Two hundred and six cases containing more than 23,000 items of botany, zoology and mineralogy have arrived at the Museum. Botanists alone have collected around 2,500 unknown species. The enormous collection of plants, flowers, seeds, fruits, birds and other specimens brought back from this expedition is intended to paint a picture of the natural history of the continent and the islands. It constitutes a scientific contribution on this continent more important than the voyages of Cook. In anthropology, we discover that two distinct ethnic groups inhabit the coasts of New Holland and the Land of Diemen (Tasmania) very sparsely.

In zoology, marsupials [2] are one of these discoveries. The collected objects will fuel scientific debates on the evolution of species between fixists like Cuvier and evolutionists like Lamarck.
Added to this is an essential element common to the different disciplines covered by Baudin's voyage: the magnificent iconographic ensemble developed by the two young artists of the expedition, now kept at the Natural History Museum in Le Havre. It contains a large amount of portraits, group scenes, landscapes and activities of daily life which make it an exceptional source.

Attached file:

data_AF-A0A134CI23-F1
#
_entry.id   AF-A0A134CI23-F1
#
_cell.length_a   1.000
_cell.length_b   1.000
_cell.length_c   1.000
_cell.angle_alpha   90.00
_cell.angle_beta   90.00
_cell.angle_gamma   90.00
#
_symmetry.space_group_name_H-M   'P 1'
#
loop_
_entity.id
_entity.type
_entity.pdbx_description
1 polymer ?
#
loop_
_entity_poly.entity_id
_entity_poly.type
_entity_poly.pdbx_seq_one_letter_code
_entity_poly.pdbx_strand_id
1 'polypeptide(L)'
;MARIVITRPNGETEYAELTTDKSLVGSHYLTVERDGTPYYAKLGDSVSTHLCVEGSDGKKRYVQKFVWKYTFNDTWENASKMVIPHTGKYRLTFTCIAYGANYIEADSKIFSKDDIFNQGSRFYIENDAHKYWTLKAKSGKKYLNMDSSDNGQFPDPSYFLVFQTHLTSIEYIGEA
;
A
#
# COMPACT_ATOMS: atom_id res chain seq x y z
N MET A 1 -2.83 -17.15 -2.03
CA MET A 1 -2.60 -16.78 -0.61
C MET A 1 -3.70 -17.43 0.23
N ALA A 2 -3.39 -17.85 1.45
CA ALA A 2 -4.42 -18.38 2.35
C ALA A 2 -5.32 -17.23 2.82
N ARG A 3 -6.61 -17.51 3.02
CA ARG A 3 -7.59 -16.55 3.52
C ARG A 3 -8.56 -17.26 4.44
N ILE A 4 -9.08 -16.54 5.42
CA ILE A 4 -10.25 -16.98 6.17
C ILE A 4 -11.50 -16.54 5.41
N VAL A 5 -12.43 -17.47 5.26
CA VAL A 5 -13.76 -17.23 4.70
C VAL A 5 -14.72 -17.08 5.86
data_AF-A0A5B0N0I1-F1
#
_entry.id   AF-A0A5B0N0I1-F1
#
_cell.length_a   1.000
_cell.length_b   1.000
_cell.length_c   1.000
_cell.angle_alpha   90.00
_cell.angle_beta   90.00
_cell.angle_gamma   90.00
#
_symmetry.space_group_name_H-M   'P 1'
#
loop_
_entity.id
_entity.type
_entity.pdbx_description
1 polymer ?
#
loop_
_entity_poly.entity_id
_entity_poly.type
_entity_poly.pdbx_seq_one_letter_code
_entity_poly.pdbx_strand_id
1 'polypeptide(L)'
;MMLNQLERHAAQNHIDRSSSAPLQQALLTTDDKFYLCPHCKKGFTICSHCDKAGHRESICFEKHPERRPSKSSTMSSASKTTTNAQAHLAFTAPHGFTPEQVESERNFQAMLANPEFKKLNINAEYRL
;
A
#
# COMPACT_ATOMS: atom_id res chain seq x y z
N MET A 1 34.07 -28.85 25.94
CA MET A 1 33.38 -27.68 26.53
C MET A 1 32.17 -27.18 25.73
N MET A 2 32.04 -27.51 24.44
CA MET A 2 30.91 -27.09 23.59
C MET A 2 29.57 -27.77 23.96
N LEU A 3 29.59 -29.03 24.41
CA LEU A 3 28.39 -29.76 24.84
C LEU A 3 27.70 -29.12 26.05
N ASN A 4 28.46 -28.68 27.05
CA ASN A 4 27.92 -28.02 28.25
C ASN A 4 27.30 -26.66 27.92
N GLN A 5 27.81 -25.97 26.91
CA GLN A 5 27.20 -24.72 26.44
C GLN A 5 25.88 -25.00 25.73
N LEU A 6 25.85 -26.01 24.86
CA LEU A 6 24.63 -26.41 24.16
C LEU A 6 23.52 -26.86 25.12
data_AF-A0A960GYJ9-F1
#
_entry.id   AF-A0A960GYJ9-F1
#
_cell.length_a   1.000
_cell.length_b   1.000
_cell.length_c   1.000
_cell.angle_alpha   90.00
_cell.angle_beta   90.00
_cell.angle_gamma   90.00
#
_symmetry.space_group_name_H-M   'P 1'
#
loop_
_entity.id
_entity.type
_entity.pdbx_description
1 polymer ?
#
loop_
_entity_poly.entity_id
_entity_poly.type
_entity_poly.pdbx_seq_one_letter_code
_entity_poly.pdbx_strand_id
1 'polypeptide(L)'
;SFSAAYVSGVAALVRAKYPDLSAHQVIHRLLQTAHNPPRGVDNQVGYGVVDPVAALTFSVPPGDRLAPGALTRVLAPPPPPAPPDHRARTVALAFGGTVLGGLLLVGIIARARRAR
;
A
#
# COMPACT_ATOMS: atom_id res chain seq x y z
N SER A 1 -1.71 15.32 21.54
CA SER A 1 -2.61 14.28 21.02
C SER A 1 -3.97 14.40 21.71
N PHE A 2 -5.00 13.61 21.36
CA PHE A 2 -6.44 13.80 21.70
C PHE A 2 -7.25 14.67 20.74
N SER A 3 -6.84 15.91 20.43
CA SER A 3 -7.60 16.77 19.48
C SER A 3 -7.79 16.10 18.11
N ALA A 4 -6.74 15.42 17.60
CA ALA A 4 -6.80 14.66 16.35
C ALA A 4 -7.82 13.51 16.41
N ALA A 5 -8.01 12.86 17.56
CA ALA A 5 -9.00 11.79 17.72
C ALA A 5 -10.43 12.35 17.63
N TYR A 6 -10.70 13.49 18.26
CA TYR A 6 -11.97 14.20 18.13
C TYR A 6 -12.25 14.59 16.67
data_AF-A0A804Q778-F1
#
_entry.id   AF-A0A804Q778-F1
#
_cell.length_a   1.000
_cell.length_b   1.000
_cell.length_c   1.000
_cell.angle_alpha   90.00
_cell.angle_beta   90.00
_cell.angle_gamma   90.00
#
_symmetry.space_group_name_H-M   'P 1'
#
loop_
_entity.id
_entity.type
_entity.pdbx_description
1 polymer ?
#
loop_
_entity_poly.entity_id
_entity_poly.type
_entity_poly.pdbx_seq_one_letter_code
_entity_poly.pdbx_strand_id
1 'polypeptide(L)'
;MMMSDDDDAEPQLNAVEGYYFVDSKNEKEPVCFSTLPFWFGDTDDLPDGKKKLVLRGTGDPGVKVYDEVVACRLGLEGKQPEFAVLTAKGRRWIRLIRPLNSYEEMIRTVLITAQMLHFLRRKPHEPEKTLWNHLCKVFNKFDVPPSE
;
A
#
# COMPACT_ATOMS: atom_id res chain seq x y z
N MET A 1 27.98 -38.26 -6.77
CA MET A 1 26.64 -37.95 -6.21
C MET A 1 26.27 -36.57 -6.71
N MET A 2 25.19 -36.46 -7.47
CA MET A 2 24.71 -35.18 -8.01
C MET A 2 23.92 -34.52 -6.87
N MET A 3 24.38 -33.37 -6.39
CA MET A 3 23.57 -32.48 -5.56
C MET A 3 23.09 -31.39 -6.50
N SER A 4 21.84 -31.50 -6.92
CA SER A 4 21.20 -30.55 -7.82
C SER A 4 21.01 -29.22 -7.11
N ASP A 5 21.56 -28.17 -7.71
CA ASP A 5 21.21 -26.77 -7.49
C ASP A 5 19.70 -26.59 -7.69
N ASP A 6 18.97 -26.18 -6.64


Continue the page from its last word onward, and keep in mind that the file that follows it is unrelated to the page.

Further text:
• discoveries
  • overseas
  • botanical
  • expedition
  • Holland
  • England
  • Australia
  • colonies
  • Bonaparte (Napoleon)
  • boat
  • Mauritius
  • zoology
  • Cuvier (Georges)

Bibliography

My trip to the Southern Territories, Personal diary of Commander Baudin illustrated by Lesueur and Petite text prepared by Jacqueline Bonnemains, Paris, Imprimerie nationale, 2000.

Etienne TAILLEMITE French sailors exploring the world, from Jacques Cartier to Dumont d'Urville Paris, Fayard, 1999.

Olivier CHAPUIS In the sea as in the sky. Beautemps-Beaupré and the birth of modern hydrography (1700-1850) Paris, Paris-Sorbonne University Press, 1999.

Notes

1. During the passage of the French, the population of the city amounted to approximately 2,400 inhabitants of which a third of convicts employed in public works.

2. Marsupials have a mode of reproduction different from that of other so-called placental mammals. The embryo, after a weak development thanks to the reserves specific to the egg, lodges in the marsupial pocket where it finishes its growth. These secondary era mammals were then supplanted by the more adapted placental mammals. We still meet them in Australia, where there was no competition.

To cite this article

Luce-Marie ALBIGÈS, "The trip to the southern lands (1800-1804)"